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Onzy: Track 3127 in area near Benbulbin, Dartry Mountains (Ireland)
Benbulbin Circuit
Length: 16.3km, Creator time taken: 5h24m, Ascent: 672m,
Descent: 675m

Places: Start at G69757 47316, Benbulbin, Benbulbin South-East Top, Annacoona Top, Benwiskin South Top, Benwiskin, end at Start
Logged as completed by 1

Circuit taking in Benbulbin and Benwiskin, their satellite tops and Annacoona Top from parking at Luke's Bridge. The route is broadly as outlined in Adrian Hendroff's 'Donegal...' book and by David-Guenot in track 2872. I had worried a little about access in this area, given the reports on the site; however, in the event we had no issues, despite descending from Benwiskin through a turf-cutting party. In addition, the parking available here (c. 6 places) indicates a more welcoming attitude to walkers than expected.

After crossing the bridge, the route heads south along a network of bog roads until these peter out at about G701 462. From here Benbulbin, the first target, looks unfeasibly steep; but head directly west onto its slopes and, though you might find the going slow, it is definitely climbable. A hard, but short, pull up will see you on the plateau a short distance from the summit and the hard climbing over for the day. From here it is a matter of romping over the u-shaped plateau over Benbulbin SE top over to Annacoona Top. The walk now starts to get interesting with steep cliffs on the right keeping the views interesting as you head north to Benwiskin. It was not a great day for photography, and apart from a few hazy long distance shots of Benwiskin from Benbulbin, the camera did not really come out until this point.
Looking north from Annacoona Top

There is evidence all around here of the area's mining heritage, with a cast off winch wheel visible some way down the cliff and a narrow rock fissure which looks natural but appears to be spanned by iron bars and leads to an opening in the north of the cliff face.
The view into the Oughtagorey Valley

Walking from Annacoona Top towards the South Top of Benwiskin is something to take slowly and not only in order to savour the views; there are a number of very sharp falls around this edge of which you should be very wary. The entire plateau is also home to a huge number of what look like sinkholes, where the ground has apparently collapsed leaving some quite steep and quite deep pits, not all of which might be easily exited if you were to wander into one.
Benwiskin South Top from south

Once over the easy rise to Benwiskin South Top, the drops to your right become less spectacular as you rise towards Benwiskin itself. Benwiskin is a curious hill; johnstna and I had previously seen it from the roadside to north east, while on a visit to Truskmore. On that occasion, the jaw-dropping sight of its breaking wave shape had sent us diving for the cameras. From Benbulbin to the west you can appreciate the sheer falls from its prow and though you might look twice, its impact is less spectacular. Approach the hill from the south however, and it makes no impact at all, appearing as just a gentle rise to a nondescript summit.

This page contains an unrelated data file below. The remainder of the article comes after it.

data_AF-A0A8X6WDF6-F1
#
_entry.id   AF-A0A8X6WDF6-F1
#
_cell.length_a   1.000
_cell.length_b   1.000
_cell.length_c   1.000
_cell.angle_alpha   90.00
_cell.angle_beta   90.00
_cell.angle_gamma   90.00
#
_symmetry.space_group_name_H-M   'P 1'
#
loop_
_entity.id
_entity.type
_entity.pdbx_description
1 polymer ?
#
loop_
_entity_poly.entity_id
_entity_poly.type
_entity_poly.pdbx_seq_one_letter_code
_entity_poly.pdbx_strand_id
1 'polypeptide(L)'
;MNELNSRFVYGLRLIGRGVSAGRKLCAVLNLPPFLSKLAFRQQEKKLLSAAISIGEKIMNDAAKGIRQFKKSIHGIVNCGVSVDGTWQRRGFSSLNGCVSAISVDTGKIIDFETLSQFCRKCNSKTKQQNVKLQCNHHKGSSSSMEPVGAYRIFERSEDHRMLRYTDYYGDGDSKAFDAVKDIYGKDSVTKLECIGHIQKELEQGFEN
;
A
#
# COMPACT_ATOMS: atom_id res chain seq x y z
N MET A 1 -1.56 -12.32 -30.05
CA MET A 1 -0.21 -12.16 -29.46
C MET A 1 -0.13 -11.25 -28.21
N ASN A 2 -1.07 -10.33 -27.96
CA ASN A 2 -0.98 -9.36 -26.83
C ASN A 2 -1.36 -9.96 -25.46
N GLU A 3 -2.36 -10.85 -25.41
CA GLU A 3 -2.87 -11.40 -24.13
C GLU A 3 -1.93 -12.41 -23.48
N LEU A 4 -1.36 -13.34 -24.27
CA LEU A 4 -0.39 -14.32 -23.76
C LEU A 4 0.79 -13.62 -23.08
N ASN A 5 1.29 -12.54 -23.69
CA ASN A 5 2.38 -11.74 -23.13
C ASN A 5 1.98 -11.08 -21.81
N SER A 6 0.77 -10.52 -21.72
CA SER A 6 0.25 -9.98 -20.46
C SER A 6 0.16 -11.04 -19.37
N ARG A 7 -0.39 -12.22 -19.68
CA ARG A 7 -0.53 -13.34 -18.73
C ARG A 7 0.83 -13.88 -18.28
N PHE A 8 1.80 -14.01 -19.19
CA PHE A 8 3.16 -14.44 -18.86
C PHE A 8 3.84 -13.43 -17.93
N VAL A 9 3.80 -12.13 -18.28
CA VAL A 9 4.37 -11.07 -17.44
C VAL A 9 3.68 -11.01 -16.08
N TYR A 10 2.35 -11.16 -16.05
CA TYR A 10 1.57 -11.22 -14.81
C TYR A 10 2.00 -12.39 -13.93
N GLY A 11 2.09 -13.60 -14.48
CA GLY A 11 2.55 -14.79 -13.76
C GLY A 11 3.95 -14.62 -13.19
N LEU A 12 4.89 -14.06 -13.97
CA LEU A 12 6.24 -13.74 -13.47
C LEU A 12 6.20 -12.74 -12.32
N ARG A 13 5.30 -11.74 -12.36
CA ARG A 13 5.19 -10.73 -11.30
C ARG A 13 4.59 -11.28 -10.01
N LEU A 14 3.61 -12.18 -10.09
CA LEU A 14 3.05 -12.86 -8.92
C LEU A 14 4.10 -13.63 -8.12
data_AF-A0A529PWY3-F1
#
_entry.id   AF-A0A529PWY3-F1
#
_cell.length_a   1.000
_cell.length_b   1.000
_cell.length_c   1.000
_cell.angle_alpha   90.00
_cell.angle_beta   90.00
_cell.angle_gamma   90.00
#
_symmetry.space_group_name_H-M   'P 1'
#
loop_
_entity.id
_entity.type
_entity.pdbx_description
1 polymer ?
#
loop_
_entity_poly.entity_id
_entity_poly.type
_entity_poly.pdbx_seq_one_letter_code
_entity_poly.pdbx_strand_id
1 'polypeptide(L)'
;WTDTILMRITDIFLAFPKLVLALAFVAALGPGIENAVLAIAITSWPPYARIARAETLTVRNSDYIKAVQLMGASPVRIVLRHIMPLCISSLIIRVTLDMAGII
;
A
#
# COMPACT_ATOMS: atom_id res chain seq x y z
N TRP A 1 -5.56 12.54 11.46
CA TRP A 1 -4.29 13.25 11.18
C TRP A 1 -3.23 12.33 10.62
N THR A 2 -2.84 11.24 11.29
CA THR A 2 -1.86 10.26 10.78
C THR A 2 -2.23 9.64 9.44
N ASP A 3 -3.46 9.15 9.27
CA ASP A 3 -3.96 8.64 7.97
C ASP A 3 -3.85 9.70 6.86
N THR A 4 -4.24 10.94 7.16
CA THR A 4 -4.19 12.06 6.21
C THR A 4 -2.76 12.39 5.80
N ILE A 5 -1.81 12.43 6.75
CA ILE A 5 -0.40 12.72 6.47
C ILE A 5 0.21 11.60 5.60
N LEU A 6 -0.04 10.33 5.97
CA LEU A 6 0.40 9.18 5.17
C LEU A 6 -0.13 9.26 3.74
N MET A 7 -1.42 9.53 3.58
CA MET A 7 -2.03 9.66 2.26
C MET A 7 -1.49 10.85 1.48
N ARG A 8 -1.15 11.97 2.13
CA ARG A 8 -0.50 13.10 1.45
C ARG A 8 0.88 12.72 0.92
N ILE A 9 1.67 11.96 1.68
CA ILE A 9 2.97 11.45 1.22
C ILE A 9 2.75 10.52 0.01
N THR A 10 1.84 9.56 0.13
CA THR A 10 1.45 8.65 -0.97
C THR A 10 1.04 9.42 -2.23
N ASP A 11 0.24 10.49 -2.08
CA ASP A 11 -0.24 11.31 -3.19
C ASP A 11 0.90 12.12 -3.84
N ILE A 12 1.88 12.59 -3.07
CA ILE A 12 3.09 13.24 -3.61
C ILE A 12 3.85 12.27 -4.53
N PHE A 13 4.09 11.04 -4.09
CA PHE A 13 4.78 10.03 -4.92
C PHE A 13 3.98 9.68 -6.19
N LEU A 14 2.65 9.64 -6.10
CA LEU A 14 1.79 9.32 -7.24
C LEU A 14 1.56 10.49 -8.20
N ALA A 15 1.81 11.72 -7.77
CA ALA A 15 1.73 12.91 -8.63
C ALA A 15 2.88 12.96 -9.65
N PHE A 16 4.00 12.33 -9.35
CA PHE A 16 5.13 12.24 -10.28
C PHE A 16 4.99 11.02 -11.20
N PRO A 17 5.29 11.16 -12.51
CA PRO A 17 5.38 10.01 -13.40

Looking north to Benwiskin

Arriving at the summit area itself does little to dispell this notion; just a confluence of fences, some discarded fenceposts and random footprints. Head 200m north however, and it all looks worthwhile.
Top of the prow

The return to the car involves heading back south for about 800m until the slope falling to the west eases and working your way down to the bog roads below and thence to your parking place.

Uploaded on: Sat, 3 Oct 2015 (18:34:38)
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NOTE: ALL information such as Ascent, Length and Creator time taken etc should be regarded as approximate. The creator's comments are opinions and may not be accurate or still correct.
Your time to complete will depend on your speed plus break time and your mode of transport. For walkers: Naismith's rule, an approximate though often inaccurate estimate, suggests a time of 4h 23m + time stopped for breaks
NOTE: It is up to you to ensure that your route is appropriate for you and your party to follow bearing in mind all factors such as safety, weather conditions, experience and access permission.

* Note: A GPS Height in the elevation profile is sourced from the device that recorded the track. An "SRTM" height is derived from a model of elevations for parts of the earth. More detail

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Some mapping:
Open Street Map
(Various variations used.)
British summit data courtesy:
Database of British & Irish Hills
(Creative Commons Licence), a Hill-walking Website for the island of Ireland. 2100 Summiteers, 1400 Contributors, Monthly Newsletter since 2007